By: Elizabeth Friedman
Image by Texture Photo
“So how does sizing work since I plan on losing weight before the wedding?”
As a bridesmaids’ stylist, I get asked this question at least once a day. The question slowly kills me; not because it is asked so frequently, but because so many of the kind, generous bridesmaids I work with are affected by the dangerous and unnecessary pressure to lose weight for a wedding.
Through various media platforms, we have been taught that part of preparing for a wedding is changing the way our bodies look. How many articles do we see about starting an exercise or diet plan to prepare for your wedding, or tips on how to look your best on your big day? There are hashtags like #sheddingforthewedding or #sweatingforthewedding and the ever present reminder that, “you will look at these wedding photos for the rest of your life”. It’s. Everywhere.
We learn that we should lose weight or alter our body in some way before participating in a wedding because the way we look now is not good enough.
As a body positive and eating disorder awareness advocate, this part of my job as a stylist in the wedding industry scares me and hurts my heart. A wedding is a celebration of love, yet everyone involved is still getting hit with the message that if they are a smaller size, they will be more worthy of love! The connection between losing weight/thinness and being more worthy of love isn’t exactly spelled out, but I can spell it out for you. Think of a time where you or someone you know lost weight. They were probably met with a lot of praise, compliments, and positive attention. Praise, compliments, and positive attention directly correlate with the feelings of being loved and accepted. Lose weight, gain love.
I mean, it’s not true! Your friends don’t actually value you more if you are thinner. Your fiancé doesn’t love you more because you lost weight. But the subconscious association is there.
It explains why I am always asked about sizing and weight loss. It explains why people are not happy when the size chart puts them in a larger size than they are used to wearing (typical of formal wear). It explains why there have been too many bridesmaids crying in the dressing rooms because they don’t fit in the sample sizes.
It explains why a distraught, teary-eyed bridesmaid felt like she needed to thank me for being so nice to her. What she meant was, “Thank you for being so nice to me even though I’m fat.”
Enough is enough. The pressure to lose weight for a wedding (and just in general) is damaging and simply not needed.
Trying on dresses, having measurements taken, and talking directly about size is a sure way to bring up some uncomfortable feelings. I know I can’t throw out a few words of encouragement and change what we have been taught for years about how we should look, but here are some reminders I give bridesmaids during the process:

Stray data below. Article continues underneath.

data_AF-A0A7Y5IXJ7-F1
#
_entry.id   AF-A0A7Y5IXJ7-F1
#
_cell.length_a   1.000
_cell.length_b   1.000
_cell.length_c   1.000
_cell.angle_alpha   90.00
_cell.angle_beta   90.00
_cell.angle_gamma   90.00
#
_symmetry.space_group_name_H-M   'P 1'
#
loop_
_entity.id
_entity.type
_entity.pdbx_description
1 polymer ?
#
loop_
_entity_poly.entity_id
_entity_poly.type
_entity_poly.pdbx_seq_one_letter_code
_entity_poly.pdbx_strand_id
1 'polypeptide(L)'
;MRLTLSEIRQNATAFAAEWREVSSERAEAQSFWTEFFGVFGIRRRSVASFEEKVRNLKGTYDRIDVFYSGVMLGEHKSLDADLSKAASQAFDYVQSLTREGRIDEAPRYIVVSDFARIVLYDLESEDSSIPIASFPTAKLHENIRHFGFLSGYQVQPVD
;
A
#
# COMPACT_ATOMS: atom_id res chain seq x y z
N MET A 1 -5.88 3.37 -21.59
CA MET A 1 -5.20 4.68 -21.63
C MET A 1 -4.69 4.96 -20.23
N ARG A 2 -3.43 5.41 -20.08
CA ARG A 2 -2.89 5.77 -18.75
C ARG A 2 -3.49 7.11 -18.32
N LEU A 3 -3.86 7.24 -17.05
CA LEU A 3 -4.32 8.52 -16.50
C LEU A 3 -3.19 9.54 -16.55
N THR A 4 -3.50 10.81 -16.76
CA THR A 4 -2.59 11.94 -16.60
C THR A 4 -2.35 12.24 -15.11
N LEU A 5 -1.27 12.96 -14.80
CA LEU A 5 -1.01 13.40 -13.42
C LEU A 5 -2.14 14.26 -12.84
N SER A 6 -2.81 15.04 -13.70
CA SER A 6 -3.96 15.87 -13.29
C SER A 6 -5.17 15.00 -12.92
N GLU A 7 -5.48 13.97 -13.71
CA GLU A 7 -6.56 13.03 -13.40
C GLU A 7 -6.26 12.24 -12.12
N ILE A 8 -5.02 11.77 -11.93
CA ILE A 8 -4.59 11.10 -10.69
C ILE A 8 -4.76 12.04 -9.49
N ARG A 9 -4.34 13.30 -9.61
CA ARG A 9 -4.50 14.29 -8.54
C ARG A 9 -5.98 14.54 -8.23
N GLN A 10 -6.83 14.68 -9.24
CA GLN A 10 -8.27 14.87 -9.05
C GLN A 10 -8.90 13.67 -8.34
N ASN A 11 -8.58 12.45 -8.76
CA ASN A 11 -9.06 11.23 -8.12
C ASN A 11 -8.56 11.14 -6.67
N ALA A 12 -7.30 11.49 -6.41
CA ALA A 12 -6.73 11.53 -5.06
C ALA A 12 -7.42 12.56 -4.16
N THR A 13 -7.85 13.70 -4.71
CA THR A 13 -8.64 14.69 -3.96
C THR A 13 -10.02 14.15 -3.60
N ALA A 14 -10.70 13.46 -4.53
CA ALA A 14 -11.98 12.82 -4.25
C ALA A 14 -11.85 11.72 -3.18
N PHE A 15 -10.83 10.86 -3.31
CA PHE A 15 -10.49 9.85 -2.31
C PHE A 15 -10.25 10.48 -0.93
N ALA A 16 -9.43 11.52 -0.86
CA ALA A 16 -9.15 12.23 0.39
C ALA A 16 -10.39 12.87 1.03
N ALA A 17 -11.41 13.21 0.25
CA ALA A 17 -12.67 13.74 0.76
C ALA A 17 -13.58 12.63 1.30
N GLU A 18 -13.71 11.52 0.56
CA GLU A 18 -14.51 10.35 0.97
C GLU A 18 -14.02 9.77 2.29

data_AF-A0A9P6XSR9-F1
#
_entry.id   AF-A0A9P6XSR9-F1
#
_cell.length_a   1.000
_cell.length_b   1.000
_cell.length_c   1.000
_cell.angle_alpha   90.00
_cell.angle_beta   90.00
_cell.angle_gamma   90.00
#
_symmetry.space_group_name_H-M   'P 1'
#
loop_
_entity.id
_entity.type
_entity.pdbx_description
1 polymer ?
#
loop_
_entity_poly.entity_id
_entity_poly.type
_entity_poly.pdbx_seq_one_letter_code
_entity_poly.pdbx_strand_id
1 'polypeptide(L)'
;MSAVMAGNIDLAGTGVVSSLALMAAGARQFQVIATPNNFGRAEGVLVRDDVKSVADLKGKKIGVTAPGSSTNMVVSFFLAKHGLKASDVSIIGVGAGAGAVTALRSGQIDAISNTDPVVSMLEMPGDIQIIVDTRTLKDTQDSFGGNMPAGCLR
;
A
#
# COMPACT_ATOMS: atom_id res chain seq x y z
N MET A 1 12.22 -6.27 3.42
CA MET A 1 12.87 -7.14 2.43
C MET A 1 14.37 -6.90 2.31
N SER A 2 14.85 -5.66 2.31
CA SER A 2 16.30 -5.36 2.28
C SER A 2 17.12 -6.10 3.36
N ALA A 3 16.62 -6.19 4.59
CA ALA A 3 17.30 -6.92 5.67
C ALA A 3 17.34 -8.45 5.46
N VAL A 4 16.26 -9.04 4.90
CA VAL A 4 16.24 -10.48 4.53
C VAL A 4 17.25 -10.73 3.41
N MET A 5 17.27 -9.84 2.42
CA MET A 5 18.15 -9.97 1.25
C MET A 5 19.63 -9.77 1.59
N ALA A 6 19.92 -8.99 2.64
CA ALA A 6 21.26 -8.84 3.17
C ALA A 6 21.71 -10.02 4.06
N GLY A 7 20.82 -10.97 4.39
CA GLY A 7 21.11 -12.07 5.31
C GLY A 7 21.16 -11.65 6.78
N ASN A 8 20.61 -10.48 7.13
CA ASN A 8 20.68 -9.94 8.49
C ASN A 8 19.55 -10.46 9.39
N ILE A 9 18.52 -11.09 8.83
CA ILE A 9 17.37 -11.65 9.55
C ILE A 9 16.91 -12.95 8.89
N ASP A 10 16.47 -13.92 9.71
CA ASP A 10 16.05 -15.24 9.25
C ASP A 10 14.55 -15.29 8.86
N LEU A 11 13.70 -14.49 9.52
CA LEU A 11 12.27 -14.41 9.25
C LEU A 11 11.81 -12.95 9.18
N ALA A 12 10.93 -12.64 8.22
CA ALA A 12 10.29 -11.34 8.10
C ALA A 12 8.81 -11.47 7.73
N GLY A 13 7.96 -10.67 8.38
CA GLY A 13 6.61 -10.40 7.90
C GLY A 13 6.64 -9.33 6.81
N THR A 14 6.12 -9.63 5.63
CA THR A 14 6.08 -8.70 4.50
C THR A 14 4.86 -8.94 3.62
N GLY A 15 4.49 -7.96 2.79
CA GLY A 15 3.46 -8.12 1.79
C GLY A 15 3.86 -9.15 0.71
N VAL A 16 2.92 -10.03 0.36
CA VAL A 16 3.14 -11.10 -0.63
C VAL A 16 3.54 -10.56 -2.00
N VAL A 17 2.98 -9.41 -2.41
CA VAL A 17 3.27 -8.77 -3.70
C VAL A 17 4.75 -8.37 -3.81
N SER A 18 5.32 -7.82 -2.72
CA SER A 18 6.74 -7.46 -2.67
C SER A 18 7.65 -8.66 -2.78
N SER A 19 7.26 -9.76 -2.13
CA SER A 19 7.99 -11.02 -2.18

Elizabeth is an eating disorder survivor and body positive advocate. Her greatest passion is speaking out against diet culture and encouraging men and women to love the bodies they call home. She first participated as a SMASH Ambassador at UNC in 2017. Since then, she has attended multiple Southern Smash events, spoke on the SmashTALK panel at Meredith College, and took on the role of Program Coordinator for Southern Smash. She hopes to make advocacy her full time job so she can devote all her time and energy into smashing the stigma around eating disorders and weight bias.
By: Eliza Gray
I used to be ashamed of myself. Living with an unpleasant secret that felt like poison in my mouth. I’m sick, I would think judgingly to myself, but not flu-like sickness or anything a trip to the doctor would fix. There was no bandage to place over my wounds or medicine from the drug store that would make me feel whole again. I had a mental illness and a crippling eating disorder… and it felt like time stopped the first time I heard my diagnosis. I became suddenly aware of the fact that an eating disorder was serious, maybe even life-threatening, and I was overwhelmingly afraid of how little control I had over any of it.
The first time I ever heard “anorexia” and “disordered eating” was in my therapist’s office. My mother had found her practice and she was gentle and caring upon inviting me into her warmly lit office. If the disorder was the devil on my left shoulder, the weekly hour-long sessions were held in place by the angel on my right shoulder. At this time I was 16 and experiencing a year of so many “firsts”—first time driving by myself, first time scoring a goal in lacrosse, first high school boyfriend—and the first time hearing about a mental-meets-physical struggle that was wreaking havoc on my quality of life.
A lot of individuals battling with eating disorders will refer to their illness as if it’s another person entirely—the separation of self from struggle was key—and I was no different. My disorder was named Ed, sometimes The Monster, and untangling the life I had built for us proved the most challenging endeavor of my young-adult life. I had this notion that restriction and counting my calories gave me an unfathomable amount of control; however, the outcome was quite the opposite. The Monster controlled me and made me submissive to its malicious intentions. I know that reading those words may sound a bit silly but truly I was a different person when I let Ed drive: I was angry, defiant, and starving for support.